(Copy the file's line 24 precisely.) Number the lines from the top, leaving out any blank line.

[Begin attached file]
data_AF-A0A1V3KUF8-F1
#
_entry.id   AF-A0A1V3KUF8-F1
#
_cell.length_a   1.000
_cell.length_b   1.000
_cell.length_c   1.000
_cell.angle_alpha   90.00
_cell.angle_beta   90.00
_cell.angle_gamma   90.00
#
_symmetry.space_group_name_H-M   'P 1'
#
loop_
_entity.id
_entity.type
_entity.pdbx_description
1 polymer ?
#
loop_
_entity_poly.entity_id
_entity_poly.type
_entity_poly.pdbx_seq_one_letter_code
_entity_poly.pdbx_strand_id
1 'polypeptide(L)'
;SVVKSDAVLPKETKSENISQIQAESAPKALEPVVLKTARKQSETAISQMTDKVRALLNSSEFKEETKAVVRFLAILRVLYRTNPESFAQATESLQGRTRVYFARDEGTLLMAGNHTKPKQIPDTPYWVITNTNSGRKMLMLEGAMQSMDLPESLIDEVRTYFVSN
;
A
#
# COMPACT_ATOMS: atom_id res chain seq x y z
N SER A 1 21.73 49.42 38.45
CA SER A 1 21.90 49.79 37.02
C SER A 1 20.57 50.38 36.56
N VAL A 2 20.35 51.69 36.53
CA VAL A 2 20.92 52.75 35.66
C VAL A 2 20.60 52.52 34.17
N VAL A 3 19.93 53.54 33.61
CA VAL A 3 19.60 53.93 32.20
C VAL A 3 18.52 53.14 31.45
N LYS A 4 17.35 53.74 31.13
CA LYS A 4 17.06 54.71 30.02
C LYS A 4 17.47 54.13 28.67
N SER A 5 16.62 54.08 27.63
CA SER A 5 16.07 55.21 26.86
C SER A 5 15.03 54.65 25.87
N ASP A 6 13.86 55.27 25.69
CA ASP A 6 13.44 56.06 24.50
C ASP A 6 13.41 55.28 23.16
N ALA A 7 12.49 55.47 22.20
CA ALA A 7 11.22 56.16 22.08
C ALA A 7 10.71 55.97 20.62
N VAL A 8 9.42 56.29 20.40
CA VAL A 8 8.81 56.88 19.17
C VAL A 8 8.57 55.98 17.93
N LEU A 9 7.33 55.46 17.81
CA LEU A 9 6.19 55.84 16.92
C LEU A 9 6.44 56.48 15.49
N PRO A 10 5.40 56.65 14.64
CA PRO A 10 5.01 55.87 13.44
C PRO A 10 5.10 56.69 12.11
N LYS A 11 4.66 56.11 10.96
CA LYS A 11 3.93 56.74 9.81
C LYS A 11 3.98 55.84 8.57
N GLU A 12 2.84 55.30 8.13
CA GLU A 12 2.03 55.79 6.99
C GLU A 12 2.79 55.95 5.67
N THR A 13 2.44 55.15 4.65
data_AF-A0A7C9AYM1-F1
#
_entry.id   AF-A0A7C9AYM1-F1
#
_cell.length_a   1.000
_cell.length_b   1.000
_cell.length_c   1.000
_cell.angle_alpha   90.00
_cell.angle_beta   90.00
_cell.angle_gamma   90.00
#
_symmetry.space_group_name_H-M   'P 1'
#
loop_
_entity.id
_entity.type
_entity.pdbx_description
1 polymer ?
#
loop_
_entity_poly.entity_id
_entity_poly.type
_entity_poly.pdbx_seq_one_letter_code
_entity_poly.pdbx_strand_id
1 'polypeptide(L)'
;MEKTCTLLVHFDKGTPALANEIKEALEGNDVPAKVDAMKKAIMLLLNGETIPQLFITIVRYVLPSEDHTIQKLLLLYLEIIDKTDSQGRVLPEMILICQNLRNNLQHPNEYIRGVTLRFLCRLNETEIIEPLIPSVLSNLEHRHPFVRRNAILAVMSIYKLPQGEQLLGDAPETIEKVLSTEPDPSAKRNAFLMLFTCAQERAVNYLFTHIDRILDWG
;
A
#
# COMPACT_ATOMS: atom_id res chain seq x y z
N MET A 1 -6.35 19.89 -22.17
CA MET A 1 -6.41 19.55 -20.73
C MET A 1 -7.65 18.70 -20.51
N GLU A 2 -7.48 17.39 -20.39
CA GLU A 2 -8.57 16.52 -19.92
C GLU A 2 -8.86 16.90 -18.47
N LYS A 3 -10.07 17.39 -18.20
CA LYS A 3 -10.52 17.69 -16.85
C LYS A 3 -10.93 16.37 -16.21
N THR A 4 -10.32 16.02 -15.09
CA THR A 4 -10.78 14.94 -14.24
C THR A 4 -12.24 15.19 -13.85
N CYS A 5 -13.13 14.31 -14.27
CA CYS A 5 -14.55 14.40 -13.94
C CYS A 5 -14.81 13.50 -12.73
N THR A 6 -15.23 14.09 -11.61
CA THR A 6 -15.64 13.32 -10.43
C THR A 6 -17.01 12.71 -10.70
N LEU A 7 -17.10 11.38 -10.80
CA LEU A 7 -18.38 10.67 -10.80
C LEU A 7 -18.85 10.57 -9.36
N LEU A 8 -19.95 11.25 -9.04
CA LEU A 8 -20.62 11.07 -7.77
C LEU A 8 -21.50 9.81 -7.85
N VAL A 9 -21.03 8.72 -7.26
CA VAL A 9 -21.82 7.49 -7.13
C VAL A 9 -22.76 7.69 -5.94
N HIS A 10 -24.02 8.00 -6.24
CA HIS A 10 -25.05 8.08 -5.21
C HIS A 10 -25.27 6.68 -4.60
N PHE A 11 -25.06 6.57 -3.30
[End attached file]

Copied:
_entity_poly.pdbx_strand_id